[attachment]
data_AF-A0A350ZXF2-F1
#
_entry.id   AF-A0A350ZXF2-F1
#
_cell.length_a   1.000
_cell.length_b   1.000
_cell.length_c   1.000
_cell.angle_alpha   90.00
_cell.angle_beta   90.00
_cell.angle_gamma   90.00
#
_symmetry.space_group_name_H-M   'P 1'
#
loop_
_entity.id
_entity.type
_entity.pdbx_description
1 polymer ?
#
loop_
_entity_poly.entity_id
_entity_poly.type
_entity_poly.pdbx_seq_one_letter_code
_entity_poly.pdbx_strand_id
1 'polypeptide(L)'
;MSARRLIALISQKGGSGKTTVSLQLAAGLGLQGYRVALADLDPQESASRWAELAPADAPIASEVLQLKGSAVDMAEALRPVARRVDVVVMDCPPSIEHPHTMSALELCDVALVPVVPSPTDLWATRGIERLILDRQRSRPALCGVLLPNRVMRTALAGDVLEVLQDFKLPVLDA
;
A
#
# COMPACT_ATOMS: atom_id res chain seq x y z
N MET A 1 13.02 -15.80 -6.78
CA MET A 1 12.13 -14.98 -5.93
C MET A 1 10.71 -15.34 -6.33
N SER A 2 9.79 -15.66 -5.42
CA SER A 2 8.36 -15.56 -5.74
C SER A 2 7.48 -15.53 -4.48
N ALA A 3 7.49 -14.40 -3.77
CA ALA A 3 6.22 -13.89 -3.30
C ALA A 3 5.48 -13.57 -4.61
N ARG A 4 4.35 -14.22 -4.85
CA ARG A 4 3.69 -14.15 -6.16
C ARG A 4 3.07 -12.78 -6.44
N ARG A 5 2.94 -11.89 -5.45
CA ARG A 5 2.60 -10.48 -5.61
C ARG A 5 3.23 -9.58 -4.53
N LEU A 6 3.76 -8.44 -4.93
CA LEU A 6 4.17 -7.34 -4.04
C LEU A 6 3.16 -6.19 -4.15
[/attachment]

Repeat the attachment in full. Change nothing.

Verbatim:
data_AF-A0A350ZXF2-F1
#
_entry.id   AF-A0A350ZXF2-F1
#
_cell.length_a   1.000
_cell.length_b   1.000
_cell.length_c   1.000
_cell.angle_alpha   90.00
_cell.angle_beta   90.00
_cell.angle_gamma   90.00
#
_symmetry.space_group_name_H-M   'P 1'
#
loop_
_entity.id
_entity.type
_entity.pdbx_description
1 polymer ?
#
loop_
_entity_poly.entity_id
_entity_poly.type
_entity_poly.pdbx_seq_one_letter_code
_entity_poly.pdbx_strand_id
1 'polypeptide(L)'
;MSARRLIALISQKGGSGKTTVSLQLAAGLGLQGYRVALADLDPQESASRWAELAPADAPIASEVLQLKGSAVDMAEALRPVARRVDVVVMDCPPSIEHPHTMSALELCDVALVPVVPSPTDLWATRGIERLILDRQRSRPALCGVLLPNRVMRTALAGDVLEVLQDFKLPVLDA
;
A
#
# COMPACT_ATOMS: atom_id res chain seq x y z
N MET A 1 13.02 -15.80 -6.78
CA MET A 1 12.13 -14.98 -5.93
C MET A 1 10.71 -15.34 -6.33
N SER A 2 9.79 -15.66 -5.42
CA SER A 2 8.36 -15.56 -5.74
C SER A 2 7.48 -15.53 -4.48
N ALA A 3 7.49 -14.40 -3.77
CA ALA A 3 6.22 -13.89 -3.30
C ALA A 3 5.48 -13.57 -4.61
N ARG A 4 4.35 -14.22 -4.85
CA ARG A 4 3.69 -14.15 -6.16
C ARG A 4 3.07 -12.78 -6.44
N ARG A 5 2.94 -11.89 -5.45
CA ARG A 5 2.60 -10.48 -5.61
C ARG A 5 3.23 -9.58 -4.53
N LEU A 6 3.76 -8.44 -4.93
CA LEU A 6 4.17 -7.34 -4.04
C LEU A 6 3.16 -6.19 -4.15